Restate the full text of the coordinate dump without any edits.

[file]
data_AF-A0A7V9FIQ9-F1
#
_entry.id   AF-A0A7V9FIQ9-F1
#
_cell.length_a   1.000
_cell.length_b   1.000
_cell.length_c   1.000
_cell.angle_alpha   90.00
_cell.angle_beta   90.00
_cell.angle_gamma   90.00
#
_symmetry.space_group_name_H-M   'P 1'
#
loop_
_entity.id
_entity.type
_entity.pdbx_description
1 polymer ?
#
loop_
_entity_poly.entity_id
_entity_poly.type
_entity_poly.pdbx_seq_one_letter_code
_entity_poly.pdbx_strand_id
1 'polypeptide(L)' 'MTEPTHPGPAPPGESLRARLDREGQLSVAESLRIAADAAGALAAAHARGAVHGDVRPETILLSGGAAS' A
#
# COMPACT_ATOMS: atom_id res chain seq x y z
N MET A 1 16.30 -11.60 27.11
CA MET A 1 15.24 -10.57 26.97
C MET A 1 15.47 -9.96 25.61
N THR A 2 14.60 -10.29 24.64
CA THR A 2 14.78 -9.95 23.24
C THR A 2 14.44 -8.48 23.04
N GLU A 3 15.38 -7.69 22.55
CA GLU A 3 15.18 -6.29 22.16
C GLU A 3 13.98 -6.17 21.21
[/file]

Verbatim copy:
data_AF-A0A7V9FIQ9-F1
#
_entry.id   AF-A0A7V9FIQ9-F1
#
_cell.length_a   1.000
_cell.length_b   1.000
_cell.length_c   1.000
_cell.angle_alpha   90.00
_cell.angle_beta   90.00
_cell.angle_gamma   90.00
#
_symmetry.space_group_name_H-M   'P 1'
#
loop_
_entity.id
_entity.type
_entity.pdbx_description
1 polymer ?
#
loop_
_entity_poly.entity_id
_entity_poly.type
_entity_poly.pdbx_seq_one_letter_code
_entity_poly.pdbx_strand_id
1 'polypeptide(L)' 'MTEPTHPGPAPPGESLRARLDREGQLSVAESLRIAADAAGALAAAHARGAVHGDVRPETILLSGGAAS' A
#
# COMPACT_ATOMS: atom_id res chain seq x y z
N MET A 1 16.30 -11.60 27.11
CA MET A 1 15.24 -10.57 26.97
C MET A 1 15.47 -9.96 25.61
N THR A 2 14.60 -10.29 24.64
CA THR A 2 14.78 -9.95 23.24
C THR A 2 14.44 -8.48 23.04
N GLU A 3 15.38 -7.69 22.55
CA GLU A 3 15.18 -6.29 22.16
C GLU A 3 13.98 -6.17 21.21